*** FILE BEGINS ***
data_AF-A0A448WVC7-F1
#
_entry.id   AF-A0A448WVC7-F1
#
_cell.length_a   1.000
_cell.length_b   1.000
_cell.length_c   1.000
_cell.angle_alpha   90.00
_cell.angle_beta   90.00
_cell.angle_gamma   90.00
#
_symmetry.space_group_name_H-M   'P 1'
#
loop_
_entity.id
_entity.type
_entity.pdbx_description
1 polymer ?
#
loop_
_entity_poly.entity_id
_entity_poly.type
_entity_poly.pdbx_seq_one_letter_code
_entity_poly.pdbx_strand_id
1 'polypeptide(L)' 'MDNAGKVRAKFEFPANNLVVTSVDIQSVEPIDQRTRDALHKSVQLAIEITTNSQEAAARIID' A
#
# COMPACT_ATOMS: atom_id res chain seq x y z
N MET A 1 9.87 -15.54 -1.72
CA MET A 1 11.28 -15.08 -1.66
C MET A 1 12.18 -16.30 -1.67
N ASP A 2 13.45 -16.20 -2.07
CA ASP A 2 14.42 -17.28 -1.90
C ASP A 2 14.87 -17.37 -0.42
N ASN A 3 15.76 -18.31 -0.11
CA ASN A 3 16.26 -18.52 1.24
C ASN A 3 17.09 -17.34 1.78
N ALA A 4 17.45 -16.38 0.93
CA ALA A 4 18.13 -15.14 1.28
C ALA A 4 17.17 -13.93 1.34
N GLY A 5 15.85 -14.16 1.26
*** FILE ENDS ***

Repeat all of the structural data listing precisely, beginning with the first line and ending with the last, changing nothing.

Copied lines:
data_AF-A0A448WVC7-F1
#
_entry.id   AF-A0A448WVC7-F1
#
_cell.length_a   1.000
_cell.length_b   1.000
_cell.length_c   1.000
_cell.angle_alpha   90.00
_cell.angle_beta   90.00
_cell.angle_gamma   90.00
#
_symmetry.space_group_name_H-M   'P 1'
#
loop_
_entity.id
_entity.type
_entity.pdbx_description
1 polymer ?
#
loop_
_entity_poly.entity_id
_entity_poly.type
_entity_poly.pdbx_seq_one_letter_code
_entity_poly.pdbx_strand_id
1 'polypeptide(L)' 'MDNAGKVRAKFEFPANNLVVTSVDIQSVEPIDQRTRDALHKSVQLAIEITTNSQEAAARIID' A
#
# COMPACT_ATOMS: atom_id res chain seq x y z
N MET A 1 9.87 -15.54 -1.72
CA MET A 1 11.28 -15.08 -1.66
C MET A 1 12.18 -16.30 -1.67
N ASP A 2 13.45 -16.20 -2.07
CA ASP A 2 14.42 -17.28 -1.90
C ASP A 2 14.87 -17.37 -0.42
N ASN A 3 15.76 -18.31 -0.11
CA ASN A 3 16.26 -18.52 1.24
C ASN A 3 17.09 -17.34 1.78
N ALA A 4 17.45 -16.38 0.93
CA ALA A 4 18.13 -15.14 1.28
C ALA A 4 17.17 -13.93 1.34
N GLY A 5 15.85 -14.16 1.26